Jordan Matthews has been a name that’s been floated out in trade rumors this offseason, and for good reason. Matthews has produced OK numbers in an offense that has force fed him the ball, and as a result he’ll likely ask for a contract that’s far above his actual value. It’s common sense that teams want value for a player, as opposed to letting him walk, look no further than Timmy Jernigan. The Ravens knew they would be unable to re-sign him, so they flipped him for a third round pick swap. It only makes sense to try and trade Matthews before you ultimately let him walk, unless he’s actually Jahlil Okafor, then you pay somebody to take him.
There may actually be another reason to move Matthews sooner rather than later, and it coincides with a player that’s currently below him on the depth chart, Nelson Agholor. Agholor, the much-maligned receiver, has garnered the wrath of Eagles fans since his disappointing rookie and sophomore seasons and it’s easy to understand why. Agholor has negatively impacted the team with his poor play, but alas, there may be a change on the horizon. During OTAs, one of the main storylines was the apparent improvement of Agholor under new wide receiver coach Mike Groh. For the first week, Agholor was behind Alshon Jeffery, Torrey Smith and Matthews on the depth chart, but after an injury to Matthews, Agholor took his place in the slot and the early returns appear to be encouraging!
Nelson Agholor still working at first team slot with JMatt out. Just burned the defense for a deep TD. Good throw from Carson Wentz. #Eagles— Brandon Lee Gowton (@BrandonGowton) June 8, 2017
Nelson Agholor burned Jalen Mills deep and Wentz hit the WR for a TD. #Eagles— Brandon Lee Gowton (@BrandonGowton) May 30, 2017
That i have eggplants for Agholor in the slot.... god Im a sad human— John Barchard (@JohnBarchard) June 8, 2017
Again, all of this was accomplished in OTAs, but it’s fair to ask if the slot is a better position for Agholor. Our own Jonny Page made an interesting remark about Nelson Agholor’s outlook before the 2015 NFL Draft.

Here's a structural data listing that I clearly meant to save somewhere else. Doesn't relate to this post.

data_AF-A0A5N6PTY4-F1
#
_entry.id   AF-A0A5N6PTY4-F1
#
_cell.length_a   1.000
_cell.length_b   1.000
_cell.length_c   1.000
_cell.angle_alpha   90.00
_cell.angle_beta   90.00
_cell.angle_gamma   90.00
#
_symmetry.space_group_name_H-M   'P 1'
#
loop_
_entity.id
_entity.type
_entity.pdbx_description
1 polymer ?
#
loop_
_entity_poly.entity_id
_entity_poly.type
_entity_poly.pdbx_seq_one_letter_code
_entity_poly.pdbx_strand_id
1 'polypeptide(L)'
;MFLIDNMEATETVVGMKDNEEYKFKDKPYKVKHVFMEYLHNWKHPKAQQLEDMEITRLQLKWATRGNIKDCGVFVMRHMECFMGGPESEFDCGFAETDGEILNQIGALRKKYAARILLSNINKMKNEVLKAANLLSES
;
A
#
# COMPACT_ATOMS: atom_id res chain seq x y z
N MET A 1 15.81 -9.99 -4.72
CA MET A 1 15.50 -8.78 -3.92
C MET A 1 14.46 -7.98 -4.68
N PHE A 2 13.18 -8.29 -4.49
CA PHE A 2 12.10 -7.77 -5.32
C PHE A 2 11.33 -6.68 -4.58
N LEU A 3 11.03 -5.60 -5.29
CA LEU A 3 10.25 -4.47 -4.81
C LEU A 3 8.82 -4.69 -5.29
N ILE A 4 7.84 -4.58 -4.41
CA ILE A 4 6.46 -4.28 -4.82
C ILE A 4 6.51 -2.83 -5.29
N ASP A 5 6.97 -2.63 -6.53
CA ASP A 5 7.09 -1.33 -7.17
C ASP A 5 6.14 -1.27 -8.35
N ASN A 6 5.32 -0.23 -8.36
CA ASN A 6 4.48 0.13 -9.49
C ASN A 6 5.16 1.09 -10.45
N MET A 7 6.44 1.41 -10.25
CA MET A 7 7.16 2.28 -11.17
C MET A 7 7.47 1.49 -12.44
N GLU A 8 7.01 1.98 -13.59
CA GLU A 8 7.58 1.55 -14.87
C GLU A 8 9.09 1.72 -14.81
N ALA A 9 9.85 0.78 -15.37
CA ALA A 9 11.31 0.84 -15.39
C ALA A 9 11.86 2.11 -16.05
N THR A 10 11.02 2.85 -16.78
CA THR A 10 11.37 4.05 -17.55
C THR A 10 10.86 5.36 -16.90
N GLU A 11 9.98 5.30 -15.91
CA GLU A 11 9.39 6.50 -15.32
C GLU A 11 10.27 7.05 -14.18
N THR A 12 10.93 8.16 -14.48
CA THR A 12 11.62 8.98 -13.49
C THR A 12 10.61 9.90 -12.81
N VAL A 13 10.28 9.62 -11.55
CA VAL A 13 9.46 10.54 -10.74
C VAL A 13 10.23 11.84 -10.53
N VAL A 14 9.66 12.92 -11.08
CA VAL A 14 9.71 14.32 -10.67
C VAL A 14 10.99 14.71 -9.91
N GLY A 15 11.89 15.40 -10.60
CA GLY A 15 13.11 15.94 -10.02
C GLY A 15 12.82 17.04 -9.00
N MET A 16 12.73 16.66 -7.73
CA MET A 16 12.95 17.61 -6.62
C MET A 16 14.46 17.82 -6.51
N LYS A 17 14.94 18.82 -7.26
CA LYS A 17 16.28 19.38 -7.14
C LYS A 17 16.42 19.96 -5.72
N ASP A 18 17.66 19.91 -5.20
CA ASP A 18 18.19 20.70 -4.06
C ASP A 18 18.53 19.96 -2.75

Remember Agholor was not a can't miss outside receiver coming out of college. Plenty of draft guys saw him as a slot receiver only.— Jonny Page (@JonnyPage9) June 14, 2017
Jonny did an excellent job highlighting Agholor’s strengths and weaknesses last year when he took a look back at his rookie season.
“This is what Agholor should have been running all year. He’s so much better at these shorter routes than he is at deeper routes currently. Watching this makes me think he would be pretty effective in the slot actually. Watch how quick the 4 steps are before he cuts inside, his feet are so quick. I have no idea why we didn’t use him in the slot at all last year to at least try and get him the ball more.”
Agholor’s current skillset seems to fit the slot, arguably better than that of his peer Jordan Matthews. One of the most frustrating things about Matthews is that he lacks the quickness and athleticism of your typical slot receiver. You can pick out a handful of plays from 2016 where the Eagles attempted to run bubble screens and quick outs with Matthews, but he isn't exactly the most nimble in space. This is where Nelson Agholor comes in. Coming out of college, Agholor drew comparisons to former Eagle Jeremy Maclin and current Green Bay Packer Randall Cobb. Athletically, both comparisons are elusive in space and possess YAC ability that makes them dynamic weapons. Agholor possesses the quickness and agility to execute the plays that Doug Pederson likes to run. One example is the dagger concept, which Jonny outlined a few weeks ago. With this route combination, the slot receiver is responsible for clearing out the linebacker and deep safety so that the square in route comes open. The slot receiver running the go route isn't the first read on the play, but in the case of the Redskins game, he became the only viable option. Nobody is mistaking Jordan Matthews as a deep threat, but that’s something Agholor is able to do. The Eagles have searched for a vertical threat since Maclin’s departure in 2015, but perhaps they've had it lined up in the wrong place.
It’s no secret Agholor has struggled his first two years, but is that necessarily a fault of his own? The wide open drops are absolutely on Agholor, as are the mental mistakes and penalties that have cost the Eagles touchdowns, but has he been put in the best position to succeed? That’s a question to ask as we move into a make-or-break year for the third year receiver. The unfortunate part for Agholor, is that he may not consistently be put in that position until Jordan Matthews is no longer apart of this team.